Assembly passes £4billion budget of cuts

  On the 9th March the Northern Ireland Assembly voted through a cuts budget which will strip £4 billion from the economy in the next four years. This attempt to make workers and young people pay for the debts of the bankers and speculators will have dire consequences in the North, where the public sector accounts for a third of employment and two-thirds of economic activity.


Despite claims it had been “ring-fenced”, in reality over £700 million will be cut from the health service. Thanks to previous Assembly cuts, our health service is already at breaking point, with staff under huge pressure and shortages of basic resources. These cuts will lead to the slashing of even more beds and services across the North, with 4,000 more job losses expected. Ulster Hospital in Dundonald has already been earmarked for closure. Community support services for the most vulnerable in society will be hit.

Education will be similarly hit, with over £150 million removed from the service. The Irish National Teachers’ Organisation has predicated that 20% of teaching staff could face losing their jobs, not to mention classroom assistants and support staff. The huge backlog of school maintenance – with many schools in temporary buildings not fit for purpose – will deepen. Cuts to transport and school meals will have a real impact, particularly on children from working-class communities.

At the same time, the Department of Employment & Learning plans to slash the miserly Educational Maintenance allowance for school students while hiking tuition fees to £6,000 per year, making higher education inaccessible to many young people.

This budget will only deepen the economic crisis. Over 40,000 jobs will be destroyed by the Assembly’s budget, not just in the public sector but also in the private sector which is reliant upon state spending. Real unemployment already stands at 14% and well over 20% among young people. Public sector workers who hold onto their jobs will see wage cuts in real terms. Those thrown onto the dole queues can expect an ever more meagre existence, as the Tories cut £1 billion from benefits in the North.

This budget can only be described as Thatcherite. While launching a war against workers, the unemployed and young people, the interests of big business and the super-rich have been carefully protected. Extortionate payments to construction companies through PFI/PPP privatisation schemes have been guaranteed. Huge rates subsidies to manufacturing companies and those who live in mansions will be maintained.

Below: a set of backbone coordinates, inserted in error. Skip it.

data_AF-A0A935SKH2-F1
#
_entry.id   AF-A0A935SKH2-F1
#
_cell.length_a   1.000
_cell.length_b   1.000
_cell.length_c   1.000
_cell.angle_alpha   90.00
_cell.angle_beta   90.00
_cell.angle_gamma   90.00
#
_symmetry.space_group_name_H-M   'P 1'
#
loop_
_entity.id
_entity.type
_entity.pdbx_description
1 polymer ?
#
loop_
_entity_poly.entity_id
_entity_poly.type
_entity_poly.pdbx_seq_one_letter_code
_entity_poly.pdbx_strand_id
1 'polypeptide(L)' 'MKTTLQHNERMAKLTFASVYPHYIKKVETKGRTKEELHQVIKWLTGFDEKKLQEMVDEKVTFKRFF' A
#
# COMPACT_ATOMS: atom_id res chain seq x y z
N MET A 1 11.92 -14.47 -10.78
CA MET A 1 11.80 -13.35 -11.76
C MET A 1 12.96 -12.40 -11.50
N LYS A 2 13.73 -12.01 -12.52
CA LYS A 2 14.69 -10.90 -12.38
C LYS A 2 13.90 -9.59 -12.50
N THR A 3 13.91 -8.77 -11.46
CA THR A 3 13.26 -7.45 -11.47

In fact, all the main parties want to hand even more wealth over to big business by slashing corporation tax, even though this would require even deeper cuts to public services. Their hope that this would bring significant multinational investment in the midst of a global economic crisis is a pipe a dream.

The political parties have conducted a phoney war around this budget. While Sinn Féin blustered about fighting the Tories’ cuts – rhetoric similar to that they used in the Southern election campaign – they proved themselves to be their willing accomplices, acting as one of the main architects of the budget and pushing it through the Assembly. With elections round the corner, the SDLP and Ulster Unionists opportunistically voted against the budget, even though they supported the draft budget which was fundamentally the same. After the election, these parties will be in the Executive implementing brutal cuts. None of the main parties represent ordinary people – we need a new, anti-sectarian party of the working-class.

Urgent action is required from the trade union movement to prepare to resist these cuts. However, the leadership have been found wanting, pointing no way forward for workers to fight back except token demonstrations. As the beginning of a determined campaign, all public sector unions should now co-ordinate a one-day strike to build the confidence of workers and to send a message to the Assembly parties.


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